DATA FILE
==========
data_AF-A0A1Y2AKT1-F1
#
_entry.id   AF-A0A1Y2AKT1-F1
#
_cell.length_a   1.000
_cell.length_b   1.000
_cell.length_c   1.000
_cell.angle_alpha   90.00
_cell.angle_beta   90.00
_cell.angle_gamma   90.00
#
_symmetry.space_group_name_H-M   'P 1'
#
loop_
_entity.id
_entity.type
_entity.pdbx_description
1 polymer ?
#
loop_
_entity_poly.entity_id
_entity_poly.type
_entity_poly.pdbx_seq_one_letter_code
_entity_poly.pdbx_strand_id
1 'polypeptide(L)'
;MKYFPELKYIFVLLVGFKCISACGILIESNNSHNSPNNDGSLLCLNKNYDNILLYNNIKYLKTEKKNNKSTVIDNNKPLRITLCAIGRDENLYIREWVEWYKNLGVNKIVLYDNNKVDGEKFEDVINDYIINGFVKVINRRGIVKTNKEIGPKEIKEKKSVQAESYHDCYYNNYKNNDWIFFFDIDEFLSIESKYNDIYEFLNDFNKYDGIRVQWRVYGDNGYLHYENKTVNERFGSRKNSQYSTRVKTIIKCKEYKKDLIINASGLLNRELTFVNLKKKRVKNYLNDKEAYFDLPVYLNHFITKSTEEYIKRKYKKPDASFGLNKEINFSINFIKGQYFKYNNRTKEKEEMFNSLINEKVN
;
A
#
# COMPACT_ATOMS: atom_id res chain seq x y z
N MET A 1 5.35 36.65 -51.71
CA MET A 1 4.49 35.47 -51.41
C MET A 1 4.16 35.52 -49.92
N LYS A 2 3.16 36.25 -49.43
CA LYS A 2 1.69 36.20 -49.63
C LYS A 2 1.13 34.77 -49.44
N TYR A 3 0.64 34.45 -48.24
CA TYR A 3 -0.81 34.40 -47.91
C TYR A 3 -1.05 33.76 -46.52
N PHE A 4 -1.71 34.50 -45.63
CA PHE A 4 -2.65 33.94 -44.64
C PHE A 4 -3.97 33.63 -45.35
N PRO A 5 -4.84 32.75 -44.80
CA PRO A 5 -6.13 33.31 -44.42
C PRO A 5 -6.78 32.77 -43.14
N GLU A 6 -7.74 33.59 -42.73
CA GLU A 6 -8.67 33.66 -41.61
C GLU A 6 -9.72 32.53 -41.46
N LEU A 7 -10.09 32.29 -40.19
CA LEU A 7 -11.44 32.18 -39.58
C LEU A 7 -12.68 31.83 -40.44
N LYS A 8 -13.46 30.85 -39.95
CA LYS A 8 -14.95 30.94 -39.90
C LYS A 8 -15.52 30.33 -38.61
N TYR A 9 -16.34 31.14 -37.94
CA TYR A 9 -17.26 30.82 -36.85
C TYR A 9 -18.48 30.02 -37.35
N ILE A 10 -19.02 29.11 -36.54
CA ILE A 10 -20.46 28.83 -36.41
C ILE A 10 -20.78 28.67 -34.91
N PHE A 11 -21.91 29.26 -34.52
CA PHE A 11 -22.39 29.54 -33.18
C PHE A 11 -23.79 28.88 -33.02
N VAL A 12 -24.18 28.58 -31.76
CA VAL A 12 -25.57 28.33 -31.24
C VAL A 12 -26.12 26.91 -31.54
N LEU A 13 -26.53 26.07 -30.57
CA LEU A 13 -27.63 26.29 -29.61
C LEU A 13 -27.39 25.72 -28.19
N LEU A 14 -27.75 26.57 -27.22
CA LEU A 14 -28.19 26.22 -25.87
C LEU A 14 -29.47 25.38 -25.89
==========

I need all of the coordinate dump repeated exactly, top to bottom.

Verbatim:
data_AF-A0A1Y2AKT1-F1
#
_entry.id   AF-A0A1Y2AKT1-F1
#
_cell.length_a   1.000
_cell.length_b   1.000
_cell.length_c   1.000
_cell.angle_alpha   90.00
_cell.angle_beta   90.00
_cell.angle_gamma   90.00
#
_symmetry.space_group_name_H-M   'P 1'
#
loop_
_entity.id
_entity.type
_entity.pdbx_description
1 polymer ?
#
loop_
_entity_poly.entity_id
_entity_poly.type
_entity_poly.pdbx_seq_one_letter_code
_entity_poly.pdbx_strand_id
1 'polypeptide(L)'
;MKYFPELKYIFVLLVGFKCISACGILIESNNSHNSPNNDGSLLCLNKNYDNILLYNNIKYLKTEKKNNKSTVIDNNKPLRITLCAIGRDENLYIREWVEWYKNLGVNKIVLYDNNKVDGEKFEDVINDYIINGFVKVINRRGIVKTNKEIGPKEIKEKKSVQAESYHDCYYNNYKNNDWIFFFDIDEFLSIESKYNDIYEFLNDFNKYDGIRVQWRVYGDNGYLHYENKTVNERFGSRKNSQYSTRVKTIIKCKEYKKDLIINASGLLNRELTFVNLKKKRVKNYLNDKEAYFDLPVYLNHFITKSTEEYIKRKYKKPDASFGLNKEINFSINFIKGQYFKYNNRTKEKEEMFNSLINEKVN
;
A
#
# COMPACT_ATOMS: atom_id res chain seq x y z
N MET A 1 5.35 36.65 -51.71
CA MET A 1 4.49 35.47 -51.41
C MET A 1 4.16 35.52 -49.92
N LYS A 2 3.16 36.25 -49.43
CA LYS A 2 1.69 36.20 -49.63
C LYS A 2 1.13 34.77 -49.44
N TYR A 3 0.64 34.45 -48.24
CA TYR A 3 -0.81 34.40 -47.91
C TYR A 3 -1.05 33.76 -46.52
N PHE A 4 -1.71 34.50 -45.63
CA PHE A 4 -2.65 33.94 -44.64
C PHE A 4 -3.97 33.63 -45.35
N PRO A 5 -4.84 32.75 -44.80
CA PRO A 5 -6.13 33.31 -44.42
C PRO A 5 -6.78 32.77 -43.14
N GLU A 6 -7.74 33.59 -42.73
CA GLU A 6 -8.67 33.66 -41.61
C GLU A 6 -9.72 32.53 -41.46
N LEU A 7 -10.09 32.29 -40.19
CA LEU A 7 -11.44 32.18 -39.58
C LEU A 7 -12.68 31.83 -40.44
N LYS A 8 -13.46 30.85 -39.95
CA LYS A 8 -14.95 30.94 -39.90
C LYS A 8 -15.52 30.33 -38.61
N TYR A 9 -16.34 31.14 -37.94
CA TYR A 9 -17.26 30.82 -36.85
C TYR A 9 -18.48 30.02 -37.35
N ILE A 10 -19.02 29.11 -36.54
CA ILE A 10 -20.46 28.83 -36.41
C ILE A 10 -20.78 28.67 -34.91
N PHE A 11 -21.91 29.26 -34.52
CA PHE A 11 -22.39 29.54 -33.18
C PHE A 11 -23.79 28.88 -33.02
N VAL A 12 -24.18 28.58 -31.76
CA VAL A 12 -25.57 28.33 -31.24
C VAL A 12 -26.12 26.91 -31.54
N LEU A 13 -26.53 26.07 -30.57
CA LEU A 13 -27.63 26.29 -29.61
C LEU A 13 -27.39 25.72 -28.19
N LEU A 14 -27.75 26.57 -27.22
CA LEU A 14 -28.19 26.22 -25.87
C LEU A 14 -29.47 25.38 -25.89